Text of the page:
This stops soil or base material from settling into the spaces between the crushed stone.
Once you’ve backfilled your retaining wall, you can add the last layer of material.
Best Backfill for Retaining Wall:
The base material serves as the retaining wall’s frame.
Additionally, it offers a level surface on which to set your blocks.
Only block walls can be built with Wall Rock.
This is referring to the substance inserted into hollow blocks.
This makes the retaining wall heavier while maintaining the block’s relative lightness.
Additionally, it helps to reduce friction between the blocks, this is a necessary part of hollow blocks.
The drainage stone will be positioned 12 inches behind the retaining wall.
Water can freely flow through drainage stone to the drain pipe and out the face of the wall.
In a perfect world, you would utilize the tools at your disposal.
Use only hard soil; do not use clay, organic material like mulch that has decomposed, garden soil, topsoil, or any other soft soil.
Look for processed fill, gravel, sand, or screens if you need to buy backfill.
Importance of Backfilling of Retaining Wall:
Water cannot enter through most retaining walls, thus adequate backfill is required to ensure that your retaining wall drains properly.
Poor drainage from insufficient backfill may cause a deformed retaining wall with ugly bulges or cracks and a build-up of hydrostatic pressure that may cause the retaining wall to break.
Invest the time and effort required to create a solid backfill to ensure that your retaining wall lasts.
Hire a retaining wall backfill firm to install if you don’t have time to produce a backfill on your own.
FAQ- How to Backfill a Retaining Wall:
Q1. What kind of material is ideal for retaining wall backfill?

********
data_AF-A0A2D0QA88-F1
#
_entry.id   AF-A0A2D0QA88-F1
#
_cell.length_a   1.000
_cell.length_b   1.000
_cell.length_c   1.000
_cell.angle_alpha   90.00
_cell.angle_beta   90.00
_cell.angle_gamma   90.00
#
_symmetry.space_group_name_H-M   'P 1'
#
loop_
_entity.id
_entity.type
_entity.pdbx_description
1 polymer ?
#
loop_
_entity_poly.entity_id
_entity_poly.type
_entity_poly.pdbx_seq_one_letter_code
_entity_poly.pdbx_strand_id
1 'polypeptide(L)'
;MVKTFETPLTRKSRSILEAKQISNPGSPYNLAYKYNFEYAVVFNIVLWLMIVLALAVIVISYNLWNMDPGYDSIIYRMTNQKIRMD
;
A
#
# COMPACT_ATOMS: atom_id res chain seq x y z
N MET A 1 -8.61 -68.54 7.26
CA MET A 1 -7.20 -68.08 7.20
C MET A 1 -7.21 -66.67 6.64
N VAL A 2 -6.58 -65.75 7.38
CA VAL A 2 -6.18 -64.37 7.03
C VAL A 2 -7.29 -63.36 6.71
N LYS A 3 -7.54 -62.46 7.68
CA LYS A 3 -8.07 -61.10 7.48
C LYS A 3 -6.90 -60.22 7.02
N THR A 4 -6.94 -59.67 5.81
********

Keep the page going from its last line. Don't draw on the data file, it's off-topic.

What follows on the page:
It is best to grade the gravel before using it as the backfill for retaining walls.
Gravel’s low void ratio indicates that there won’t be much lateral load.
Weep holes should also be present to allow any leftover water to drain.
Q2. What type of rock is used as a backfill for retaining walls?
Crushed stone rather than naturally occurring gravel extracted from a pit is preferred by our specialists as the base material.
The cost of crushed stone is slightly higher.
However, it offers greater drainage that requires less compacting because of the stone’s sharper angles and stays that way once compacted.
Q3. What kind of soil is ideal for backfilling?
There is a small number of fine particles mixed in with the gravel and sand.
This is a top-notch backfill since it compacts easily and offers good foundation stability.
It’s a good idea to be aware of what’s happening in your backyard whether or not you hire a retaining wall professional.
The backfill of a retaining wall depends on the kind of wall you are building.
If you are constructing a wall out of poured concrete, you should postpone any backfill work until after the wall has been constructed.
And building a wall out of modular blocks, you should backfill as you go.